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15 Best Moments at the Rock and Roll Hall of Fame 2015 Induction

The funniest speeches, most punk-rock performances and unlikeliest team-ups

Green Day

Billie Joe Armstrong and Tre Cool of Green Day perform onstage during the 30th Annual Rock And Roll Hall Of Fame Induction Ceremony.

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Billie Joe Armstrong stared at the crowd assembled for the 30th annual Rock and Roll Hall of Fame induction ceremony and marveled out loud that it was like his childhood record collection come to life. When stars from so many generations and genres collide, sparks fly, and last night's extraordinary night in Cleveland demonstrated just how powerful rock & roll can be. Laughter, tears, fart jokes: Ringo Starr, Green Day, Bill Withers and Co. brought them all. These were the big night's biggest moments.

Laurie Anderson

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Best Rock & Roll Revelations: Laurie Anderson Accepts for Lou Reed

Anyone with even a passing interest in Lou Reed was riveted by Laurie Anderson's speech on behalf of her longtime partner, who died in 2013 after a battle with liver disease. Her long, insightful remembrance had Dave Grohl, Miley Cyrus and Gary Clark Jr. all tearing up as she described Reed's self-aware gift for moving between writer and rock & roll star. "He could take his fame off like one of his leather jackets, or, he could just decide to use it," she artfully explained.

In a rare peek into Lou's inner world, Anderson enumerated his three rules for life: "One: Don’t be afraid of anyone. Two: Get a really good bullshit detector. And three: Three is be really, really tender. And with those three things, you don't need anything else."

She even spoke about his death, explaining that he did tai chi with his hands in his final moments on this Earth as he passed away in her arms. "I watched with joy and surprise that came over his face . . .and I became less afraid," she revealed.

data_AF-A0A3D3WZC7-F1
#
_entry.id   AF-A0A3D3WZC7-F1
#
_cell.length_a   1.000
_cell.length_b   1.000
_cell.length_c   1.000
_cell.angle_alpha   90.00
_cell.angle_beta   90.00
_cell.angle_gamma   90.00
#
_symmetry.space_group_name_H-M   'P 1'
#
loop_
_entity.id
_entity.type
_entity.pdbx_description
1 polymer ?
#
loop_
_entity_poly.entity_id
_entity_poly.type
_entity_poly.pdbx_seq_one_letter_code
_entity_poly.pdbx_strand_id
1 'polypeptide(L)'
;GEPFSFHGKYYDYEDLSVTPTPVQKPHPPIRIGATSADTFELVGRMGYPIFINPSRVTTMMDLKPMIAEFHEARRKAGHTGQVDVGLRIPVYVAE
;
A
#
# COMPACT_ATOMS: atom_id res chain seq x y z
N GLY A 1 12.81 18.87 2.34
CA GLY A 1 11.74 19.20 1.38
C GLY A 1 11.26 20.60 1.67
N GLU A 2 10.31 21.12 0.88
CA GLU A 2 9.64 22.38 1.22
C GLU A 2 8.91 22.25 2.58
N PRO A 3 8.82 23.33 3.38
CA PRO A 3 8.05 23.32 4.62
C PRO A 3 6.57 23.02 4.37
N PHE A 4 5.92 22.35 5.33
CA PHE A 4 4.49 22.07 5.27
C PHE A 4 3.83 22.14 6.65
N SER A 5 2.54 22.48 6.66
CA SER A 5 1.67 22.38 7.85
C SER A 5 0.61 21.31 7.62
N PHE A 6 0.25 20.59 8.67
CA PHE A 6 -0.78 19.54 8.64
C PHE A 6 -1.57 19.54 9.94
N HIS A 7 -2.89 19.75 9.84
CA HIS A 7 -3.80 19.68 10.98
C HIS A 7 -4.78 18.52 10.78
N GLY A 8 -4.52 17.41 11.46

Anderson singled out some of her husband's most polarizing work, specifically mentioning "the live versions of Metal Machine Music" and his final album, Lulu, recorded with Metallica, and her internal struggle with the LP – until David Bowie convinced her it was great. "I've been reading the lyrics and it is so fierce. It's written by a man who understood fear and rage and venom and terror and revenge and love," she said. "And it is raging." 


CLEVELAND, OH - APRIL 18: Paul McCartney, Ringo Starr and Joe Walsh perform onstage during the 30th Annual Rock And Roll Hall Of Fame Induction Ceremony at Public Hall on April 18, 2015 in Cleveland, Ohio. (Photo by Kevin Mazur/WireImage for Rock and Roll Hall of Fame)

Kevin Mazur/Getty

Best Help From Famous Friends: The Superjam

If Joan Jett & the Blackhearts had been inducted any other year, the night would have surely wrapped up with a wild jam on "I Love Rock and Roll" featuring everybody from the evening. But when Paul and Ringo are in the house, there's simply no other option but to bust out some Beatles tunes.

There have been countless all star renditions of "With a Little Help From My Friends" over the years at Ringo concerts, but never one with this level of star wattage. With Paul McCartney playing his Hofner bass right next to him, Ringo led Miley Cyrus, Green Day, Patti Smith, Bill Withers, Stevie Wonder, Joan Jett, Dave Grohl, John Legend, Beck, Karen O, Joe Walsh, Gary Clarke Jr, Zac Brown and everyone else from the night through the sing-along tune. Miley Cyrus had a bigger smile on her face than anybody as she shared a mic with Mike Dirnt and belted out the chorus.

It seemed like a finale, but then Ringo got behind the kit and closed out the whole evening with "I Wanna Be Your Man." Billie Joe Armstrong and Tom Morello took killer guitar solos, while an ecstatic Grohl was happy to merely clap along. Even though it was 1:00 a.m., nobody would have minded had they played a few more, but when the song wrapped Paul and Ringo raised their hands in triumph, took a bow and walked offstage together.